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Chaos and the Cowboys

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Jerry Jones actually had some good points Tuesday at Cowboys camp in Oxnard, California.

Dressed in his on field persona, Jones was in his Cowboys gear, blue baseball camp, blue t-shirt and was addressing the throngs and hordes of media.

The Cowboys, as traditionally has been the case, are a bastion of off-field chaos. As training camp kicked off over the weekend, the list of infractions are piling up.

Brandon George of the Dallas Morning News gives a full recount of the recent chaos in Jerry World, dating back two months prior:

“Cornerback Nolan Carroll was arrested for driving under the influence. Defensive end David Irving was suspended four games for violating the league’s drug program.

Linebacker Damien Wilson was arrested on two charges of aggravated assault with a deadly weapon after he backed his truck into a woman and flashed a rifle at a man outside Toyota Stadium in Frisco.

Running back Ezekiel Elliott was involved in an altercation a week ago at a club in Dallas where a DJ was punched in the nose. No charges have been filed. But the league was already investigating the league’s reigning rushing champion, with a suspension likely on the horizon.

And receiver Lucky Whitehead said he had his dog taken from his home and held for ransom. Blitz has been reunited with Whitehead and was unharmed.

Then the most bizarre incident tipped Cowboys chaos to the boiling point when Lucky Whitehead was kicked off the team after a warrant was issued for his arrest.

The only problem is the warrant was false. Someone who was arrested for shoplifting in Virginia, had Whitehead’s social security number full name and provided it to police while Whitehead was on a plane to California.

The police admitted the error and cleared Whitehead but the Cowboys stuck with their decision to release him.

The media kinda wanted to know ‘why the double standard’?

When pressed Tuesday head coach Jason Garrett repeated several times, “We made a decision in the best interest of the Dallas Cowboys.” He repeated that about five times, each time increasing in anger.

Whitehead was already on the bubble for other “issues” and that was the icing and his “ability” was cited as well. In short, he wasn’t a lock to make the team anyhow.

But it was Jones’ reaction Tuesday that made headlines. Jones got pretty worked up

“I am going to say this is business as usual and I really won’t go into my parameters about why a player is here or not,” Jones said per the Dallas Morning News:

“I’m not going to go into anything about Lucky, but I am going to say if you’re going to get wadded up over people coming and going around here, then get ready to stay in angst.”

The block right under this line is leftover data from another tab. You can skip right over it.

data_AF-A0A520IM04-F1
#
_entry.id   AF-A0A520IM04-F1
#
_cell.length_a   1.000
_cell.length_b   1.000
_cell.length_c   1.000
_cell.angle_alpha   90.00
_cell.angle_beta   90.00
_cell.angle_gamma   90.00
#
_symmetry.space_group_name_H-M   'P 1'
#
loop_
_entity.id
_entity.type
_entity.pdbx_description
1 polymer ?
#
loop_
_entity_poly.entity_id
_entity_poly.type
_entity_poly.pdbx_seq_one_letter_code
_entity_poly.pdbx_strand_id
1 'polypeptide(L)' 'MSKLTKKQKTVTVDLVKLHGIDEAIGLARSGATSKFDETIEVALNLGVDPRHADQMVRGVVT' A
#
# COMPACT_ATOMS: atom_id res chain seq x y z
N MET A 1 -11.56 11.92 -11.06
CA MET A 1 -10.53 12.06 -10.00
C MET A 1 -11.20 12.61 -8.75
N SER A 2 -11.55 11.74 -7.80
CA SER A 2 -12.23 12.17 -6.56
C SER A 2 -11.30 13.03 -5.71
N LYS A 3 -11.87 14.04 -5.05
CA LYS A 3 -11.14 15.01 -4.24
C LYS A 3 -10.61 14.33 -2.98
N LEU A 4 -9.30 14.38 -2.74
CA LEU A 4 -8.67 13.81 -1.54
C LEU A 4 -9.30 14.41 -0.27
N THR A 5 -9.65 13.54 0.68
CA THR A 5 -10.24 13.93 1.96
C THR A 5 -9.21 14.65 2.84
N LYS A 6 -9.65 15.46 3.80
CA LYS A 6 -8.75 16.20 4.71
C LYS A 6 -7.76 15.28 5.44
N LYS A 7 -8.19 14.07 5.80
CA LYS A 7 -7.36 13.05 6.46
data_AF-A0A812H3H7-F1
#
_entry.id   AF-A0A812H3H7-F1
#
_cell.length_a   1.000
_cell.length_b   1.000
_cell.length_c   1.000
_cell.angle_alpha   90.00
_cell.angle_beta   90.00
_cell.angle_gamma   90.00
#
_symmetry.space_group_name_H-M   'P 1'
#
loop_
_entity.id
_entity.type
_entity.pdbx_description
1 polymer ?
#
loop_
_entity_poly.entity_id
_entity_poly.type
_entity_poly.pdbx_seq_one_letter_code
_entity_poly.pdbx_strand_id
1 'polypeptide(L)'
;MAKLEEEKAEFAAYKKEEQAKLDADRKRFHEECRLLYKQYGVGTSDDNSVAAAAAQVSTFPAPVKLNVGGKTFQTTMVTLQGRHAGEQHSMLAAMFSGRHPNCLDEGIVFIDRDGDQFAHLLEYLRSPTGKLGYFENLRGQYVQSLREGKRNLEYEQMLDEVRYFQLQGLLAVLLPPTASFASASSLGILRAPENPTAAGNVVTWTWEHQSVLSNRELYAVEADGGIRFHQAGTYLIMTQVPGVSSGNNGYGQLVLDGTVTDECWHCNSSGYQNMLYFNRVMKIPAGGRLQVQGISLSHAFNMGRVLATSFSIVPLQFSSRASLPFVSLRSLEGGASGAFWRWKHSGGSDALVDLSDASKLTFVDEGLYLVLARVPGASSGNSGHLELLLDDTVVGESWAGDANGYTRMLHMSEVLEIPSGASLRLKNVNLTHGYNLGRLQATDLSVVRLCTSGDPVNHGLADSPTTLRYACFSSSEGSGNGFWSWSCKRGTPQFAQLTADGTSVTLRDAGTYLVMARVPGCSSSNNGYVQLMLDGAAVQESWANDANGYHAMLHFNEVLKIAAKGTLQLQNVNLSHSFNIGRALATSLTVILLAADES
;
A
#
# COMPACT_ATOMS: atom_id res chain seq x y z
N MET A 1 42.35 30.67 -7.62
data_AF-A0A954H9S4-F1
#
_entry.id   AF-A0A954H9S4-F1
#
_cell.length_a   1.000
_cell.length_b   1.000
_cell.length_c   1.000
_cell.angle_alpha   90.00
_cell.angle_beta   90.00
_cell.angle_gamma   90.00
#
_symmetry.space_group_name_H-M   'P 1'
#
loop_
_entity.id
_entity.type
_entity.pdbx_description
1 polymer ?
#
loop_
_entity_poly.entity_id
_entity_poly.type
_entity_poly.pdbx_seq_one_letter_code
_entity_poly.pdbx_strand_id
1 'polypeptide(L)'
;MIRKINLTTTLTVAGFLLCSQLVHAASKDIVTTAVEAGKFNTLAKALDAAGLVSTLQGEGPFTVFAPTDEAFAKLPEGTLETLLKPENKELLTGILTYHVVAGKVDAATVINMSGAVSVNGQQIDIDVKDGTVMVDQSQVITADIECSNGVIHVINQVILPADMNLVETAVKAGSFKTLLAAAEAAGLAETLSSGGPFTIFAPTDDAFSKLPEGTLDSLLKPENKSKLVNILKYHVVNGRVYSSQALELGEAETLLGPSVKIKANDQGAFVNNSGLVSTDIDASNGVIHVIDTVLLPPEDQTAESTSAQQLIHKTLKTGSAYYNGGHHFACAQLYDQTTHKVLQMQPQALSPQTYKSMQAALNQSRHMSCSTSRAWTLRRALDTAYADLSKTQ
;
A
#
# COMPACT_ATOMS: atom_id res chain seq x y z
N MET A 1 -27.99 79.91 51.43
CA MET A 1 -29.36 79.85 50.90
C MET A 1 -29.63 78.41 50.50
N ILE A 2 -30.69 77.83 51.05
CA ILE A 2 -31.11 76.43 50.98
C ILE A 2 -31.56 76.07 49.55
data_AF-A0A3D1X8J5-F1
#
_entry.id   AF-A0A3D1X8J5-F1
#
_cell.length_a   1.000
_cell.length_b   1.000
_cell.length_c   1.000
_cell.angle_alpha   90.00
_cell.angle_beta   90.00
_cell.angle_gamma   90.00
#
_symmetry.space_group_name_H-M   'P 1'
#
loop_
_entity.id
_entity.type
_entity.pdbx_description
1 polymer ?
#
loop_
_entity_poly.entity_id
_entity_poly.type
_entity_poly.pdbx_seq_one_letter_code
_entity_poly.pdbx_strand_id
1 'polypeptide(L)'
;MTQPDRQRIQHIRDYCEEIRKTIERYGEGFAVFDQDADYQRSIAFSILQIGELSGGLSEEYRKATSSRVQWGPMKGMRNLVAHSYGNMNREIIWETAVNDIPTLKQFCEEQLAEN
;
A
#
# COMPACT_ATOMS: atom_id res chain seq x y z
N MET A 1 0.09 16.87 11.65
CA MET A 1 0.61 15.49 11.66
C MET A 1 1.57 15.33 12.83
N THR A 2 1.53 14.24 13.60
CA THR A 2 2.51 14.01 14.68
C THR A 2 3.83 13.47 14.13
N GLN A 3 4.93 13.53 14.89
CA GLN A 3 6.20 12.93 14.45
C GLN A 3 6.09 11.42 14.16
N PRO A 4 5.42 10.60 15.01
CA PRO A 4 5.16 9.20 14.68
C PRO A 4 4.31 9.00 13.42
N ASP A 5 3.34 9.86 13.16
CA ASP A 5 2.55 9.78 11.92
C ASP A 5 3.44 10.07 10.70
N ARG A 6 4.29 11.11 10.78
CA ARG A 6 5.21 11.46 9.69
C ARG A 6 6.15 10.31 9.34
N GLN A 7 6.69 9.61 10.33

“I’ve never talked to a player that I didn’t have empathy. If you all (media) have done one thing in my time to criticize me, it is how I will back up a player to a fault. You’ve done it. You’ve done it for years. I will back them up to a fault.”

“So when we do make a decision around here that’s in the best interest of the team to move on, there’s one thing you can forget about and that is whether you’re being fair or whether you’ve given it consideration of what it means to the individual,” Jones said. “That doesn’t happen around here.

The news comes just a few days after Cowboys running back Ezekial Elliot was cleared of assault for a bar incident.

It seems the Cowboys made an exception for the best player on the team versus a guy not making it.

As Dink Kearny of the Dallas Morning News wrote four months ago it’s time for a general manager in Dallas.

It is assumed his son Stephen Jones makes most of the day-to-day football decisions. Still, the broader issue may be whether Jones really has control over what is happening on his team or will he finally relinquish control.

Jones is the only holdout from a bygone era, he is both owner and general manager of the Cowboys the only such setup that exists in the NFL and really all of pro sports.

Through the chaos the reality is people are talking about the Cowboys and that’s the goal for Jones.

The NFL’s social media problem

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When Twitter was just getting going, back in the stone-ages of social media, about five to seven years ago, ESPN sent a mandate on Twitter to one of its most famous writers at the time, Ric Bucher of tremendous NBA writing pedigree.

Bucher stated at the time that the worldwide leader is “prohibiting tweeting info unless it serves ESPN.”

The policy in actuality read in part, “If opts not to post sports related social media content created by ESPN talent, you are not permitted to report, speculate, discuss or give any opinions on sports related topics or personalities on your personal platforms.”